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Remembrance: Old Soldiers at the Cenotaph - Wemyss's Appalling Hobby:
From the Party Guilty of Committing 'Gate of Ivory, Gate of Horn'
wemyss
wemyss
Remembrance: Old Soldiers at the Cenotaph

Remembrance: Old Soldiers at the Cenotaph

 

The Bath chair or the Zimmer frame,

The agèd, gnarled, claw-like hand:

Was it to this that heroes came

In England’s green and pleasant land?

 

Do generations give just due

To those who faced the direst foe:

The Senior Service and the Few,

The BEF of long ago?

 

Burma – (Blenheim, Ramillies –),

The Mons Canal, El Alamein,

The ancient wars that won the peace

Are figured in their names again;

 

The trenches of the Kaiser’s war,

The aerodromes at grass in Kent,

The surge of ships in seas afar,

The bagpipes in the Orient –

 

‘Old men forget’?  No.  These persist,

Though backs are bent and eyes are blear,

The best who graced the Army List

When backs were straight and eyes were clear.

 

Or do they wish they slept beside

Their fellows who will not grow old,

The proven true however tried,

Refined from dross and wholly gold?

 

Ghost-comrades in a rank and file

That reaches back past Waterloo

Fall in behind them – with a smile,

That tells the warrior’s point of view.

 

The long, thin, red, unbroken line

Of history and struggle shared

Makes glories that will long outshine

The simple facts our school texts blared.

 

And these, now spent with weight of days,

Yet stand erect in heart and thought,

And match the bovine, staring gaze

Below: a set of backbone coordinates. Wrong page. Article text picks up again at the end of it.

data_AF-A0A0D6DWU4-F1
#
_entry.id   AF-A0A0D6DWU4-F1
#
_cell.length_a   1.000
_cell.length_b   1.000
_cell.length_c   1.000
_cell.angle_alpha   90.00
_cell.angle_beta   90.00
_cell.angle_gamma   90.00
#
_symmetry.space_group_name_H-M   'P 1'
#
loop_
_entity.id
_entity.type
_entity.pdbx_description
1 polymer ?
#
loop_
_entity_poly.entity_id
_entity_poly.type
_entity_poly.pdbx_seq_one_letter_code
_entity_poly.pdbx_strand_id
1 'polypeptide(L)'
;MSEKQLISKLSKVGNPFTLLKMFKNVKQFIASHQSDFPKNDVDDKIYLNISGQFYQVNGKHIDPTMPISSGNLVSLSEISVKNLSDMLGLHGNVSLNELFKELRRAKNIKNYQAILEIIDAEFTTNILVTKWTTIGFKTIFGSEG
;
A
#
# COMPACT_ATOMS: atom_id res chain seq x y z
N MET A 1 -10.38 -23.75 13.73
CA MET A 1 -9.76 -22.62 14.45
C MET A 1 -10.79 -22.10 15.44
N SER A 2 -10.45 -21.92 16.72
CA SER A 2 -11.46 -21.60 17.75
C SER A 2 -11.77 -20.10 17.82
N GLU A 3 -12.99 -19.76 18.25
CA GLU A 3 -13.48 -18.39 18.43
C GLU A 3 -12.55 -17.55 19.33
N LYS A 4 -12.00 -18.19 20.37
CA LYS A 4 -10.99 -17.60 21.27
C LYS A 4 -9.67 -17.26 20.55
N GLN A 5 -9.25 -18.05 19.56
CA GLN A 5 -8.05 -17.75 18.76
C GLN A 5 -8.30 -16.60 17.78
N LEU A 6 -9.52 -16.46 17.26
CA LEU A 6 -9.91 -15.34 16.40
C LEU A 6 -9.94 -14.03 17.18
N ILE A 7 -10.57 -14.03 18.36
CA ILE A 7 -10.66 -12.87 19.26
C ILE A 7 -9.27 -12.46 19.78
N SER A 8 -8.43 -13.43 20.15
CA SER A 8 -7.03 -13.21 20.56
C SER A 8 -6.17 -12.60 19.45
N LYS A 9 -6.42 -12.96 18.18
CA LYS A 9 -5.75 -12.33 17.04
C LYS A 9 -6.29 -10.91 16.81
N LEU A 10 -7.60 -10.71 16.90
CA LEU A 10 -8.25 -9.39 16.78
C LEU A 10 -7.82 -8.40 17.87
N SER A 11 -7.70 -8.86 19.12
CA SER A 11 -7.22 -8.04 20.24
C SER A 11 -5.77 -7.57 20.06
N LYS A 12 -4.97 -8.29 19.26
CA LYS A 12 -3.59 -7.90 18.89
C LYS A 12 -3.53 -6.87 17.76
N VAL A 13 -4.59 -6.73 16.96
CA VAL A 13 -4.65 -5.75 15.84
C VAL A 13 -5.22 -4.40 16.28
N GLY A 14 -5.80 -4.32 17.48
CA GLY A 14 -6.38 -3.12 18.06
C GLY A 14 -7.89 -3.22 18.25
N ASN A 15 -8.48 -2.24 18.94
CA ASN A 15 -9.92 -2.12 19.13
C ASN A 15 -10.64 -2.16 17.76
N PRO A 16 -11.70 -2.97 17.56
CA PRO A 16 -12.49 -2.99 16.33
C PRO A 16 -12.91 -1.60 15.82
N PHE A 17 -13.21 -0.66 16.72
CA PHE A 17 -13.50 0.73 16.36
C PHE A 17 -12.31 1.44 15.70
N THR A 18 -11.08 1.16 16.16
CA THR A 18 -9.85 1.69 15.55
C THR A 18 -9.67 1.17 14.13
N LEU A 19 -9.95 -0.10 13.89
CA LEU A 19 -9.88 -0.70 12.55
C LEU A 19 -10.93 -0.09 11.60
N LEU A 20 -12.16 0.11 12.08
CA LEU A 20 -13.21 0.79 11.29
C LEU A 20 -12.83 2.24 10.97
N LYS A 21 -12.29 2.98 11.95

Of those who live because they fought;

These yet, as honour fades and goes,

In times made fat and dull with peace,

Enjoy the warrior’s right repose

Who paid in blood for civil ease.

 

 

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Comments
azdak From: azdak Date: November 11th, 2007 03:05 pm (UTC) (Link)
Did you write this? Because I feel as if I ought to recognise it, but I don't.
wemyss From: wemyss Date: November 11th, 2007 03:15 pm (UTC) (Link)

Er, well, yes.

Derivative, I know.
azdak From: azdak Date: November 11th, 2007 03:20 pm (UTC) (Link)

Re: Er, well, yes.

Well, in that case I think we ought to drag you blushing into the limelight to take a round of applause. I'm jolly impressed. Incidentally, I believe the word is "intertextual" rather than derivative, and I very much like the way it plays with echoes of famous lines.
wemyss From: wemyss Date: November 11th, 2007 03:48 pm (UTC) (Link)

Thank you.

Very kind of you to say so. Mind, the limelight today, at least, wants to be on the subjects, not the poetasting writer, of course. I'm very much honoured by your kind words.
soonest_mended From: soonest_mended Date: November 11th, 2007 06:05 pm (UTC) (Link)
Further props here, too: such a good poem, and all the more effective because there are so darn few war-poems about old soldiers who actually lived.

Also the 'long, thin, red, unbroken line' made my little liberal-arts English-major heart wibble with happiness, because spondees are so rarely stacked to such powerful effect.
wemyss From: wemyss Date: November 11th, 2007 07:03 pm (UTC) (Link)

Thank you.

Mere thanks are an inadequate response, that, yet my best. Simply, thank you.
tekalynn From: tekalynn Date: November 12th, 2007 12:35 am (UTC) (Link)
Deeply moving. Thank you for posting this, on this day.
wemyss From: wemyss Date: November 12th, 2007 02:16 pm (UTC) (Link)

Thank you.

I'm humbled by all these kind responses.
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